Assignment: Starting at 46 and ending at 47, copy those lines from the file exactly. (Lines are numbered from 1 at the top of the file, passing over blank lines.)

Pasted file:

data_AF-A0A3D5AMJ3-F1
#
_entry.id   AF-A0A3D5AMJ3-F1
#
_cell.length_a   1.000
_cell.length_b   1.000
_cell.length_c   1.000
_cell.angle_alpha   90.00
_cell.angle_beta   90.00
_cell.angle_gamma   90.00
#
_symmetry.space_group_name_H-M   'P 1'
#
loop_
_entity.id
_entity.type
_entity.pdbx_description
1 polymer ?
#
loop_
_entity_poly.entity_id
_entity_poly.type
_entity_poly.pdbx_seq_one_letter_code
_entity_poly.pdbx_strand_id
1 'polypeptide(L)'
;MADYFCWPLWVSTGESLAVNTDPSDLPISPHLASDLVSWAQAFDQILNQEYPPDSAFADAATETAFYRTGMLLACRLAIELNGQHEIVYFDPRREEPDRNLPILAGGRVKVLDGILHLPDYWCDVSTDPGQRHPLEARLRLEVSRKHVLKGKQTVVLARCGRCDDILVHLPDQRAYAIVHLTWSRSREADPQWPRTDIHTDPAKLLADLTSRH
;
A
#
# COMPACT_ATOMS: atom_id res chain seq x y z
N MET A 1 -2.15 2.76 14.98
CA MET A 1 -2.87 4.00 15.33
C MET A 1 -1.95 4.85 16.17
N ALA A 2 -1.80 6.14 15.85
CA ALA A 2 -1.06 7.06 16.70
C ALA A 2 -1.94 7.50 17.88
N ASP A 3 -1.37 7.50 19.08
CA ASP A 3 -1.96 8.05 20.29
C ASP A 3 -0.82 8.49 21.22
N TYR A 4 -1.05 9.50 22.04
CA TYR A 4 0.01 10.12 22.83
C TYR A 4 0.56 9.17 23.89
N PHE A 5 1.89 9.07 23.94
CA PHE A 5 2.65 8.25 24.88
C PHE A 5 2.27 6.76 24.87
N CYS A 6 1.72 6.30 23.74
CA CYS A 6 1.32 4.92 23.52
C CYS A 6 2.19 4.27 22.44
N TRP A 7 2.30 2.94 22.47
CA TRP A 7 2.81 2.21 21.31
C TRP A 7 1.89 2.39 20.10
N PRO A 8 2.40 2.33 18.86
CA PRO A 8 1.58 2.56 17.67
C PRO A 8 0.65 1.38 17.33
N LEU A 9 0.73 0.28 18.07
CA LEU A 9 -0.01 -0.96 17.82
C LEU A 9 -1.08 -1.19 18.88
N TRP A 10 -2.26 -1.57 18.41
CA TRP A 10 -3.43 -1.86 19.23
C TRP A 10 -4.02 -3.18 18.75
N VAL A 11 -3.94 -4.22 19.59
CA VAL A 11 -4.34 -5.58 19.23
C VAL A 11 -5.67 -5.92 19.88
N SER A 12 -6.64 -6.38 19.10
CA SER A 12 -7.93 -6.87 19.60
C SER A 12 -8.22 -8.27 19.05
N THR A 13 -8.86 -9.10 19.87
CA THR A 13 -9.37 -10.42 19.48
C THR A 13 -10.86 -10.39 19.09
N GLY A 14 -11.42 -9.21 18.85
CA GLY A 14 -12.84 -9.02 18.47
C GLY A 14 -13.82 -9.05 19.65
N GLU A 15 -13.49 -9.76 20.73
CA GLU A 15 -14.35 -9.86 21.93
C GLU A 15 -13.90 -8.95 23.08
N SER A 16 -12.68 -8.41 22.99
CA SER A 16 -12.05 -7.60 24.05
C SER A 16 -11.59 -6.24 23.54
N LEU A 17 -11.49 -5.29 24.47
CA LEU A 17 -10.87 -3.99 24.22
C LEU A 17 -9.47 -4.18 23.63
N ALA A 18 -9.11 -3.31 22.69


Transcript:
N CYS A 6 1.72 6.30 23.74
CA CYS A 6 1.32 4.92 23.52